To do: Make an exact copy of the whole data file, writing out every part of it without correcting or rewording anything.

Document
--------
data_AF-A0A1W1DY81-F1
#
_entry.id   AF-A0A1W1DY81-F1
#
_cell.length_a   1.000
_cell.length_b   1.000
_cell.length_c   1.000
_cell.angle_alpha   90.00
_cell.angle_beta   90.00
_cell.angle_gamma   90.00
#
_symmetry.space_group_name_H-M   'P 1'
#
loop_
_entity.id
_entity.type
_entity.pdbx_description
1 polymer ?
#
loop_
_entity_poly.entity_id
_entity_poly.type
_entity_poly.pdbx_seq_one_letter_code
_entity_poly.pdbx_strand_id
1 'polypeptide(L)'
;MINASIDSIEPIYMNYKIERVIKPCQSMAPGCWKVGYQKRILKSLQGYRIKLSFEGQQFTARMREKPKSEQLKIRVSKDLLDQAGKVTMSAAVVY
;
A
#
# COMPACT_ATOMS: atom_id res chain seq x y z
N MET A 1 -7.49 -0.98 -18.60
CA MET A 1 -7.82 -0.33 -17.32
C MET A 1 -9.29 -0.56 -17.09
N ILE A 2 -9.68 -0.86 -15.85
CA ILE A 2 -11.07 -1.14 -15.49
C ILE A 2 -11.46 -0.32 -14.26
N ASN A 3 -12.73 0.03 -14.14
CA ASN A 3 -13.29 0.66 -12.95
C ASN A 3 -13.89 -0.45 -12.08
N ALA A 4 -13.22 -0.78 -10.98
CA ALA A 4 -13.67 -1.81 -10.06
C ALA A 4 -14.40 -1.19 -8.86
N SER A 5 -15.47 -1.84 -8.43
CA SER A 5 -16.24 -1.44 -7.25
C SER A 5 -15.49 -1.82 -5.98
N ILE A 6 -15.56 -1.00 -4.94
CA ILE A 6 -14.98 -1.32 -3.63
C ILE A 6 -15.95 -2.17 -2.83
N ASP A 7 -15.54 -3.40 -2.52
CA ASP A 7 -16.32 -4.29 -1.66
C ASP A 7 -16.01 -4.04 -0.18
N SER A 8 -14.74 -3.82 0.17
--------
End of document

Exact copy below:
data_AF-A0A1W1DY81-F1
#
_entry.id   AF-A0A1W1DY81-F1
#
_cell.length_a   1.000
_cell.length_b   1.000
_cell.length_c   1.000
_cell.angle_alpha   90.00
_cell.angle_beta   90.00
_cell.angle_gamma   90.00
#
_symmetry.space_group_name_H-M   'P 1'
#
loop_
_entity.id
_entity.type
_entity.pdbx_description
1 polymer ?
#
loop_
_entity_poly.entity_id
_entity_poly.type
_entity_poly.pdbx_seq_one_letter_code
_entity_poly.pdbx_strand_id
1 'polypeptide(L)'
;MINASIDSIEPIYMNYKIERVIKPCQSMAPGCWKVGYQKRILKSLQGYRIKLSFEGQQFTARMREKPKSEQLKIRVSKDLLDQAGKVTMSAAVVY
;
A
#
# COMPACT_ATOMS: atom_id res chain seq x y z
N MET A 1 -7.49 -0.98 -18.60
CA MET A 1 -7.82 -0.33 -17.32
C MET A 1 -9.29 -0.56 -17.09
N ILE A 2 -9.68 -0.86 -15.85
CA ILE A 2 -11.07 -1.14 -15.49
C ILE A 2 -11.46 -0.32 -14.26
N ASN A 3 -12.73 0.03 -14.14
CA ASN A 3 -13.29 0.66 -12.95
C ASN A 3 -13.89 -0.45 -12.08
N ALA A 4 -13.22 -0.78 -10.98
CA ALA A 4 -13.67 -1.81 -10.06
C ALA A 4 -14.40 -1.19 -8.86
N SER A 5 -15.47 -1.84 -8.43
CA SER A 5 -16.24 -1.44 -7.25
C SER A 5 -15.49 -1.82 -5.98
N ILE A 6 -15.56 -1.00 -4.94
CA ILE A 6 -14.98 -1.32 -3.63
C ILE A 6 -15.95 -2.17 -2.83
N ASP A 7 -15.54 -3.40 -2.52
CA ASP A 7 -16.32 -4.29 -1.66
C ASP A 7 -16.01 -4.04 -0.18
N SER A 8 -14.74 -3.82 0.17